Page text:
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Rhode Island Contractor Triples Volume In Three Years

-Catalano Construction outpaces national economy with torrid growth in public and private site work
story by Paul Fournier ( article taken from New England Construction, May 24, 1999)

In just three years, a Rhode Island site contractor has tripled its work volume – much of it repeat business from many of the largest building contractors in southern New England.

Bernie

 

“This seems to be taking on a life of its own” said Diane Catalano, president of Catalano Construction of Cumberland. Diane, 45, and husband Bernie, 47,vice president, have seen their ten-year-old firm experience skyrocketing growth in the last few years.

“We grossed $1.8 million in ’95,but last year we topped $5.4 million,” said Diane, a registered nurse and mother of three, who continued to practice nursing on a part-time basis until last year.

So remarkable was this young company’s growth that Entrepreneur Magazine ranked Diane as one of the nation’s top ten woman entrepreneurs of the year last year, based on a business list prepared by Dunn & Bradstreet.
Bernie, her husband of 20 years and a graduate civil engineer with more than 30 years experience in heavy construction, said much of their business is from the same customers.
“We have a lot of repeat work, as much as 50 percent,” he said.
Persistence has paid off for the Catalanos, as large building contractors whose business they sought for some time have begun employing the Cumberland firm for site work, parking lots and other earthmoving tasks.
“It took us eight years to get our first site contract with O.Ahlborg & Sons, and in the last two years we’ve had four big projects with them. Another large and reputable Rhode Island contractor, E.W. Burman, Inc., has used us for at least 60 jobs in the last few years. We’re doing five site jobs for them right now,” he said.
Other regular contractor clients include such well-known firms as J.L. Marshall & Sons Inc., Dimeo Construction Co., H.V. Collins Co., Housing Systems Inc., and Berkshire Construction.
Site work preformed by Catalano consists of general excavation and backfilling, installing sewers and drains, demolishing structures, clearing and grading, and forming and placing concrete foundations. The company subcontracts paving to others.
The Catalanos cite their employees as the number one reason for their success.
“We have 38 full-time employees, and they all do good work,” said Diane. “They don’t tolerate shoddiness themselves. They’re dedicated and proud of what they do. And this leads to a lot of repeat business.”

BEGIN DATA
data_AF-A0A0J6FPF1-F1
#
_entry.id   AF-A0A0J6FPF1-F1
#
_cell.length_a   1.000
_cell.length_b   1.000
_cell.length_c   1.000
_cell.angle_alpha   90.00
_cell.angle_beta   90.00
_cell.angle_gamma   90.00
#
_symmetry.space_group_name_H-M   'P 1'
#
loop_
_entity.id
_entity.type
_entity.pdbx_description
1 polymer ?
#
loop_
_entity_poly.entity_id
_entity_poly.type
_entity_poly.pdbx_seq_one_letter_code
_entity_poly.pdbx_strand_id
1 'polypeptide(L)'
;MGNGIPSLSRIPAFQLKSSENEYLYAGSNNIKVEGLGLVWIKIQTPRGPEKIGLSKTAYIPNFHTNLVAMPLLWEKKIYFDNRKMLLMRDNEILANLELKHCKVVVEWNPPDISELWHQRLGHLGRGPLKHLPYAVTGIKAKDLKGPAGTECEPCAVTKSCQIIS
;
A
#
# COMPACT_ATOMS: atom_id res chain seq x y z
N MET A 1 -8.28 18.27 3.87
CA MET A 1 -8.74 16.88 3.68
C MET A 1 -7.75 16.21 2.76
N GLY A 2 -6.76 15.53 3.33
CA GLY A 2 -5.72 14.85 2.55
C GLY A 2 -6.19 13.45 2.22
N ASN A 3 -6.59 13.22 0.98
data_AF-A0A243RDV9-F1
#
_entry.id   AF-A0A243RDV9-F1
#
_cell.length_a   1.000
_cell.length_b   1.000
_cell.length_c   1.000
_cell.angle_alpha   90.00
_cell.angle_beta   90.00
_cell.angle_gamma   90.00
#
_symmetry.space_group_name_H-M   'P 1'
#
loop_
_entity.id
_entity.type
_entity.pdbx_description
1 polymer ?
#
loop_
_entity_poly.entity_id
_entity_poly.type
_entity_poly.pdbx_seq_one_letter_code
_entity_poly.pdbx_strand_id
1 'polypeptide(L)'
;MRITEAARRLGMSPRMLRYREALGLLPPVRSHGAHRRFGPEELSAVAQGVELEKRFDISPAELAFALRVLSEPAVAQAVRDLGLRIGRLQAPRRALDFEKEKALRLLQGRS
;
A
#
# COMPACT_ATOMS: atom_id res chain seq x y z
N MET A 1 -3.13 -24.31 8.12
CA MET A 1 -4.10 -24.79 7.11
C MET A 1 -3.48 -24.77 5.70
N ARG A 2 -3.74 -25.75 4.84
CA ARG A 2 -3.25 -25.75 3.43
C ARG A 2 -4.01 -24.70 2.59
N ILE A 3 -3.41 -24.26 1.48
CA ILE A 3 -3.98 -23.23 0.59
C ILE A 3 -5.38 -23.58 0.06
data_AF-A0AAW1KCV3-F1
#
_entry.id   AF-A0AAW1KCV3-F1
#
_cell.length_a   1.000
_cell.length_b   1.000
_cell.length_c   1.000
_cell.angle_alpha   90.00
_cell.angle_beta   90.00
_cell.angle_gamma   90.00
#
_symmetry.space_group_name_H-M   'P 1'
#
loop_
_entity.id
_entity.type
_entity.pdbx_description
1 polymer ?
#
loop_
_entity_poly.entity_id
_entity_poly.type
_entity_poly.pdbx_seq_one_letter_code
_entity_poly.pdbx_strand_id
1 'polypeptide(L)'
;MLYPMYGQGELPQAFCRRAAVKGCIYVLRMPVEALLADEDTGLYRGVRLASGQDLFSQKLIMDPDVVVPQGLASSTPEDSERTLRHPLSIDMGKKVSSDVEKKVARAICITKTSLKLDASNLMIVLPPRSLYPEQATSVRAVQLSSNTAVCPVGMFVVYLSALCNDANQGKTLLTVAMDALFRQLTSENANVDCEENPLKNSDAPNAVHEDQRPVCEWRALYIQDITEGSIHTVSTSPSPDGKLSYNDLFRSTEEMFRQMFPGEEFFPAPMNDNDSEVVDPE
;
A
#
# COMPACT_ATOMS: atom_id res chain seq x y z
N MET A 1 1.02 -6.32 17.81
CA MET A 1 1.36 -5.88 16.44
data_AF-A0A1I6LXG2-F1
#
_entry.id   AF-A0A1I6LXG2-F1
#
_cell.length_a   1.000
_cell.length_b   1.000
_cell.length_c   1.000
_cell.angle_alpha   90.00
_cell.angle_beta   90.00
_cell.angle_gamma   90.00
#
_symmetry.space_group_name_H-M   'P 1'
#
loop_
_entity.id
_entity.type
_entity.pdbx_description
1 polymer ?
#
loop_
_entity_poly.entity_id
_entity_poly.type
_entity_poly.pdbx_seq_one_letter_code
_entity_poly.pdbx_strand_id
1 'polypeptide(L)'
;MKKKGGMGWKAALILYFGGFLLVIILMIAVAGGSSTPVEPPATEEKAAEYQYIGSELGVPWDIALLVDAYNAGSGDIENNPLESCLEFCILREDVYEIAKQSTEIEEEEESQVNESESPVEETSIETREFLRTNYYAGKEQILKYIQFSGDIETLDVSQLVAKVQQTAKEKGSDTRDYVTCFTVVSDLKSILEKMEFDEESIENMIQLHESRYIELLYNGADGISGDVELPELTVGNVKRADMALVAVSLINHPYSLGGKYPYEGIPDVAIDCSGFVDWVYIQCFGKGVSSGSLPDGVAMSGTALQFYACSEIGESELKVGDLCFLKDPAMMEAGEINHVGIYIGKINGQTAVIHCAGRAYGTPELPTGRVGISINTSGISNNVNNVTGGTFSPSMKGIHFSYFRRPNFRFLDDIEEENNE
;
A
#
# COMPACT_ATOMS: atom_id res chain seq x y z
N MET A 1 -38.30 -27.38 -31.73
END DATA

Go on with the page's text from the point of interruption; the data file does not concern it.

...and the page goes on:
Employees possess wide-ranging skills. There are equipment operators, cement finishers, bricklayers , carpenters, and laborers. And they’re all union members.
“We’re an all-union company,” said Diane. “Most of our work is on prevailing wage jobs, for example, federally financed public projects. However, we do a lot of private work and we still pay them union wages. We get some concessions from the unions which allows us to compete with non-union companies.”
At the management level, key personnel include manager / estimators Bob Fruggiero and George Damiano, P.E., general superintendent Tony Costa, carpenter foreman Mark Sherman, and site foremen John Garcia, Joe Santos, Ed Cordeiro, Alan Cordeiro, and Carlos Carvalho. Site layout is done by surveyor Ron Moore.
There are no fulltime mechanics on the payroll. Preventive maintenance and repairs are accomplished by an outsource.
“Almost all of our equipment are John Deere,” said Bernie, “and we send them to a local company, Steve’s Equipment and Repair of Bristol. Each week, superintendent Costa gets the hours and comments on each machine from the operators. Equipment needing maintenance or repair is sent to Steve’s. He’s really knowledgeable about John Deere, since he was employed by a John Deere dealer for about ten years before he started his own business. He’s also expert in repairing and maintaining trucks.”
Several of the employees came with Bernie when he left an area site contractor to start up his own company with Diane.
“Bernie just got tired of doing work for others,” said Diane. “We set up the business with me as the majority partner, but I still had to work in nursing three days a week because we needed the income in those early days. The company grossed just $12,000 the first year.”
Bernie had worked for a half dozen site and foundation contractors over a period of 20 years, following his graduation from Roger Williams University with a degree in civil engineering.
“Over the years I had worked for many contractors. I started with Forte Brothers, and worked for them all through college on the cooperative education program. Later, I was employed by Campanella Corp., D’Ambra Co., Pasquazzi Construction, and Fleet Construction, to name some, so by the time we started our own business I had plenty of field experience in site and road work, demolition, concrete foundations and paving.”
The Catalanos’ children are all involved to some extent in the business.
“We have three children, Jason, Lauren, and Corinne,” said Diane. “When we established the company, Jason was only nine and Lauren seven, and Corinne wasn’t even born yet. Now Jason is studying architecture at Norwich University, and he works for us during breaks doing surveying, working as a laborer-helper, or going for parts and equipment for job superintendents. Lauren does secretarial work on school breaks, and helps with invoicing and office paperwork, and Corinne does filing, makes copies and does other office chores for us.”
Even Bernie’s parents are involved. Retired architect Frank and wife Yvette do payrolls, typing, general bookkeeping and other clerical work for the company on a part time basis.